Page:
The X6250 blade is a two-socket blade server that plugs into the Blade 6000 chassis and uses a range of Intel quad-core chips as well as a single dual-core chip. This blade also uses fully buffered DIMM (FB-DIMM) main memory, not the DDR2 main memory used in the Opteron-based Galaxy and Constellation machines.
The least expensive X6250 blade comes with a single 'Clovertown' quad-core Xeon 5320 processor running at 1,86 GHz and with an 80 W thermal design point (TDP). With 2 GB of main memory, this blade costs $3695. (That thermal rating does not include the heat from a memory controller, which runs another 20 W or so. Both the Sparc T1 and Opteron processors have their memory controllers on chip, so the TDP ratings cover this extra bit of electronics.)
For customers who have heat issues in their data centre, Sun is peddling a blade using slower low-voltage Clovertown L5310 parts, which run at 1,6 GHz but have a TDP of only 50 W. With two L5310 chips and 8 GB of main memory, this X6520 blade costs only $5995. Sun also has a blade with two dual-core 'Woodcrest' Xeon 5160 chips running at 3 GHz for customers who need the highest single-threaded performance, which costs $6595 with two processors (that is four cores) installed and 8 GB of memory.
A large configuration of the X6250 blade with two 2,33 GHz Clovertown chips and 32 GB of memory (that is 16 2 GB DIMMs) costs $15 995, and the heftiest configuration has two Clovertown Xeon 5355 chips running at 2,66 GHz with eight 4 GB DIMMs (which is half of the maximum capacity allowed on the board) for $25 995.
At Intel Developer Forum in Beijing in March, Sun was previewing a four-socket blade server based on Intel's 'Tulsa' Xeon MP processors that plugs into the Blade 8000 chassis. This box was not announced today.
Sun is, of course, also still enthusiastic about AMD's Opteron processors, but for some bizarre reason is only touting the standard Opteron 2000 series Rev F parts in the Constellation blade servers.
Sun is using the 2 GHz Opteron 2212, the 2,8 GHz Opteron 2218, and the 2,8 GHz Opteron 2220 parts in the X6220 blades that plug into the Blade 6000 chassis. These all have a TDP of 95 W, but AMD sells dual-core chips that get down into the 68 W range as well. Why Sun is not endorsing these Opteron HE parts is a bit odd, but maybe it is because they can give both the Xeon and T1 chips a drubbing in terms of performance per watt on some workloads.
A small configuration of the X6220 blade has two Opteron 2212 chips and 4 GB of DDR2 main memory; it costs $3995. A medium configuration has two Opteron 2218 chips and 8 GB of memory; it costs $5595. One of the reasons why those prices are so low is that these two blades, which have 16 memory slots, are using very inexpensive 1 GB DIMMs. A large configuration of the X6220 blade comes with two Opteron 2220 processors and 16 GB of memory (using 2 GB DIMMs); it costs $8395. Sun did not provide a price for an X6220 with the top-end 3 GHz Opteron part and 32 GB of memory using 4 GB DIMMs, but it would be a pricey machine.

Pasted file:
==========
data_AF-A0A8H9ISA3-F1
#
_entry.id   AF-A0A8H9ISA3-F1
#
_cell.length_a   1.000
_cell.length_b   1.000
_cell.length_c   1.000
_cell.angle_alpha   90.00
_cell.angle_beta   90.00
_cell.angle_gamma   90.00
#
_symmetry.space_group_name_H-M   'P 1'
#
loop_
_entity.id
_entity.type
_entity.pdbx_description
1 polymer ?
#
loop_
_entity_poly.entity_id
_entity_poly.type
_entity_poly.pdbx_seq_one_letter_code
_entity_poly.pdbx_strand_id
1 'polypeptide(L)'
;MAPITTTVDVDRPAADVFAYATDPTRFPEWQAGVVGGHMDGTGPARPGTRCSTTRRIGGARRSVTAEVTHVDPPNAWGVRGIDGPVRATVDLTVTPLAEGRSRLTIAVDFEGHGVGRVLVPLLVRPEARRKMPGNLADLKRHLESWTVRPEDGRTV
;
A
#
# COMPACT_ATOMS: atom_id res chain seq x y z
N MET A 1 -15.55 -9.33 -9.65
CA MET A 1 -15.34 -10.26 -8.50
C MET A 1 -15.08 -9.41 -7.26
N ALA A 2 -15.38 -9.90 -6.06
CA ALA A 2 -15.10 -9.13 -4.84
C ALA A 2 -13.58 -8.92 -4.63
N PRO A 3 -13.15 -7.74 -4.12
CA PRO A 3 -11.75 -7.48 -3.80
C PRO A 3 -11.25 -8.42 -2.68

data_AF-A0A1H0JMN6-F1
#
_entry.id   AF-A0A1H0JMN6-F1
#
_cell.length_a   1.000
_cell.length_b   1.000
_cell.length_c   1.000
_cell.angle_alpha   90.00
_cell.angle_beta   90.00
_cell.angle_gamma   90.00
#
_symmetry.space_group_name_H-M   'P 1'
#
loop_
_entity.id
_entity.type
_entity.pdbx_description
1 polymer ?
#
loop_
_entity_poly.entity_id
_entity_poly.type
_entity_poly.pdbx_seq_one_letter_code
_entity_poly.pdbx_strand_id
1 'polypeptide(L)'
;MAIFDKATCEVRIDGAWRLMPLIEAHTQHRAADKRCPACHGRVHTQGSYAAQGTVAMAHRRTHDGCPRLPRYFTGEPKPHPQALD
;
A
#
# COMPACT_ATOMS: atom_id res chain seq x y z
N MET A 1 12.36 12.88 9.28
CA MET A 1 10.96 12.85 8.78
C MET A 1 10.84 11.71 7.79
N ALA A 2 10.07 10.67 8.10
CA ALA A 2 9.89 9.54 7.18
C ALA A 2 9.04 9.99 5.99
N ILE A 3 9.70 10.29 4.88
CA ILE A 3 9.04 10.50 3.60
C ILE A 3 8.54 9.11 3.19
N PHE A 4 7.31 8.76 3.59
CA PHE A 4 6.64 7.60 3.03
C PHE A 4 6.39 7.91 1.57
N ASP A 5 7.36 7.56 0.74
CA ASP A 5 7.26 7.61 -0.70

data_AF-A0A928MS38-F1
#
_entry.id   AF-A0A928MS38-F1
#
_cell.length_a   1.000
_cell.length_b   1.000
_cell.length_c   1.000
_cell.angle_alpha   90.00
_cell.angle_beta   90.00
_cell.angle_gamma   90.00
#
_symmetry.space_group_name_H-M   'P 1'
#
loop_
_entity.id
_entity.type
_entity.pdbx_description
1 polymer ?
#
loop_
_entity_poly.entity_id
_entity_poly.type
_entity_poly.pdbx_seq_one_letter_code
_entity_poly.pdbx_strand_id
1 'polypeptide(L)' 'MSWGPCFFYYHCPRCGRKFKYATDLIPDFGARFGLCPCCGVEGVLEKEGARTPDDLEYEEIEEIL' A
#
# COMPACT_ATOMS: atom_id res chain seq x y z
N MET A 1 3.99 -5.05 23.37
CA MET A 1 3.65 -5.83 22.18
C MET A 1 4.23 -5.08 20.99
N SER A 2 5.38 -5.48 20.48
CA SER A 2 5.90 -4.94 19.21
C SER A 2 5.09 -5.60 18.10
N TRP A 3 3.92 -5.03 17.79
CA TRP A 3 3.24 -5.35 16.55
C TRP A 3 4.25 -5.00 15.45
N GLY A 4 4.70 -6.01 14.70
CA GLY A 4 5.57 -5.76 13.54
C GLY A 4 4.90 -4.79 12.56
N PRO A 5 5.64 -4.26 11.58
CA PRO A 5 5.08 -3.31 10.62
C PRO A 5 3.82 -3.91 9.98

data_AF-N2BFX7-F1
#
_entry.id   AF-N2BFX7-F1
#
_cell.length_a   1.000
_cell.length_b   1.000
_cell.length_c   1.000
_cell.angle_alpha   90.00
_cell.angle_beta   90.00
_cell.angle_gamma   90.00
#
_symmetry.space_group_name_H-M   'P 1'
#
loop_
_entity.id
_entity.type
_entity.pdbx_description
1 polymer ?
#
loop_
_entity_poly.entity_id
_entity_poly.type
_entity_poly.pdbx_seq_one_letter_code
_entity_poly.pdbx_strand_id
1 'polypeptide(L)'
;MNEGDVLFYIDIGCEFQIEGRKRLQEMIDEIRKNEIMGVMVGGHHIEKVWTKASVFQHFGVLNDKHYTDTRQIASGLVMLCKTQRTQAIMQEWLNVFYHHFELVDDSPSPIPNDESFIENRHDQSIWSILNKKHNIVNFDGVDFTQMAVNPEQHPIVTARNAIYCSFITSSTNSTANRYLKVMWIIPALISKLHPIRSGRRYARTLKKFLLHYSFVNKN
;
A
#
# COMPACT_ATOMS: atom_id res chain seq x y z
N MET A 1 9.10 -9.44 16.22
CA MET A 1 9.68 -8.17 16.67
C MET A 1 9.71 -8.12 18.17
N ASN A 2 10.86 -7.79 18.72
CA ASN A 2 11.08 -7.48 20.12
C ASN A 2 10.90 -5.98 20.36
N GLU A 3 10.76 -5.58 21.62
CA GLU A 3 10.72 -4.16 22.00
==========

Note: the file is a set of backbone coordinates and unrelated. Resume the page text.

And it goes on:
When the quad-core 'Barcelona' chips are ready for market later this summer, these chips will plug right into the Constellation X6220 boards. Sun is ready for Barcelona, and AMD needs to get the chip out the door.
The Blade 6000-C10 chassis costs $4995, and like the Blade 8000 chassis, it has externalised PCI-Express peripheral slots that are separated from the blades and virtualised, which makes it a lot easier to change which peripherals are linked to which blades. The blades have room for four 2,5-inch SAS drives too, and can also use SATA disks, which are larger.
Sun is supporting Solaris 10 on its Sparc T1 blade, and Solaris, Windows, and Linux on its Xeon and Opteron blades.
The Sun Refresh Service, which was announced in January of this year when Sun put the Rev F Opteron 8000 series processors into the Blade 8000 chassis, is also available on the Blade 6000 machines. With this service, customers are allowed to upgrade the blades in their chasses three times in a 42-month period.
Sun is charging from 25% to 30% premium over lease rates on the Blade 8000 and 6000 machines for this automatic upgrade option on the hardware. But considering the cost of upgrading blades (rather than just changing out processors, which is not covered in this services), this is not much of a premium at all.
Then again, swapping out processors may be cheaper for a lot of customers. It really depends on the workloads and how they are changing.
The other interesting thing about the Constellation blades is that they all have their own service processor, just like a modern rack server does these days. And that means they can be managed at the server instance level, not at the chassis level, and that they can be managed using any tool that customers might already have. Sun is not restricting customers to use its blade-based tools to manage the Constellation boxes, but it does, of course, hope that customers use its N1 systems management tools.
Source: Computergram